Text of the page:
Knoxville, Tenn. – The United States is falling behind its foreign competitors in STEM subjects, which include Science, Technology, Engineering and Mathematics. According to one study, American 15-year-olds ranked 21st in science and 25th in math compared to other countries. And for girls, the statistics are even more staggering.
The American Association of University Women found that active recruiting and positive messaging can go a long way toward shrinking the gender gap in many science and engineering fields. In a 2010 report, the association identified eight major factors that helped depress the numbers of girls and women in STEM: beliefs about intelligence, stereotypes, self-assessment, spatial skills, the college student experience, university and college faculty, implicit bias, and workplace bias.
In an attempt to address a few of these factors, the Girl Scout Council of the Southern Appalachians is partnering with the University of Tennessee for a one-day event, open to all girls in grades 6 – 8 called Gadget Girls. Registration for the April 9 event is now open.
As many as 300 middle-school aged girls will learn from female professors who are world-renowned scientists and mathematicians. The girls will work side-by-side with the professors in their laboratories, making necklaces using their own DNA, testing dollar bills to see if they are real or counterfeit, and learning to grow their own crystals from household items. Student volunteers from Kappa Delta sorority will serve as tour guides and walk the girls through campus.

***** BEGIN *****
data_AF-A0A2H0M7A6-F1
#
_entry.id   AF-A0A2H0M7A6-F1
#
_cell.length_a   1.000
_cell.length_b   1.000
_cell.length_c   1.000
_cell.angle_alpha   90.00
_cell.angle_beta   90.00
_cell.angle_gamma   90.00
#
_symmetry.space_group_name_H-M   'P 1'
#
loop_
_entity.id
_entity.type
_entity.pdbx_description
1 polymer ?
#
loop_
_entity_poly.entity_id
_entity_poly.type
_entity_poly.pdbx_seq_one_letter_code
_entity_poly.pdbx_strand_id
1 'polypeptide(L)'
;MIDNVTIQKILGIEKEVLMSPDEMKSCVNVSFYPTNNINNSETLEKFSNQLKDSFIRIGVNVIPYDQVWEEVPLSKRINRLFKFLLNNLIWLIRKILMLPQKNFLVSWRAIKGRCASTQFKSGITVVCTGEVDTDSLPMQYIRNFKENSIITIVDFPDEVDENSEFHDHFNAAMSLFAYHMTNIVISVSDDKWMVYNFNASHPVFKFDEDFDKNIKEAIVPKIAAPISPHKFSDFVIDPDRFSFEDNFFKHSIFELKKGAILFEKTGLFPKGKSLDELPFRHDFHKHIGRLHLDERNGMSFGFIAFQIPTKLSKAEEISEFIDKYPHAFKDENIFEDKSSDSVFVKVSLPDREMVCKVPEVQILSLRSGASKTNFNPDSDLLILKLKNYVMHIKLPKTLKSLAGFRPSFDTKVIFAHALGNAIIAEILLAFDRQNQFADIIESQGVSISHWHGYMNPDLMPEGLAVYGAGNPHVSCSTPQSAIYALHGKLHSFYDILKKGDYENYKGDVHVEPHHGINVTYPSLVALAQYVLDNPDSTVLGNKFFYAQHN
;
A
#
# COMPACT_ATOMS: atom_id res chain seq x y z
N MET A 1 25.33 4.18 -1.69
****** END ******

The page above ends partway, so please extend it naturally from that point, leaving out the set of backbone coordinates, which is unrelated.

Gadget Girls will be held Saturday, April 9, 2011 from 9am – 4pm. Snacks, lunch and parking will be provided. The cost is only $15 for Girl Scouts and $27 for all other girls. Tickets for accompanying adults are $10. Participants can register online at www.girlscoutcsa.org; the registration deadline is March 18, 2011. Any questions can be directed to event organizers Sherry Harris, Ext. 105 and Becky Lunsford, ext. 520 by calling (800) 474-1912.
The Girl Scout Council of the Southern Appalachians has 21,000 girl and adult members stretching from North Georgia to Southwest Virginia. Service centers are located in Chattanooga, Knoxville, and Johnson City. Our mission is to build girls of courage, confidence, and character, who make the world a better place. The council offers financial assistance to ensure that every girl who wants to be a Girl Scout has the opportunity to join this vibrant organization.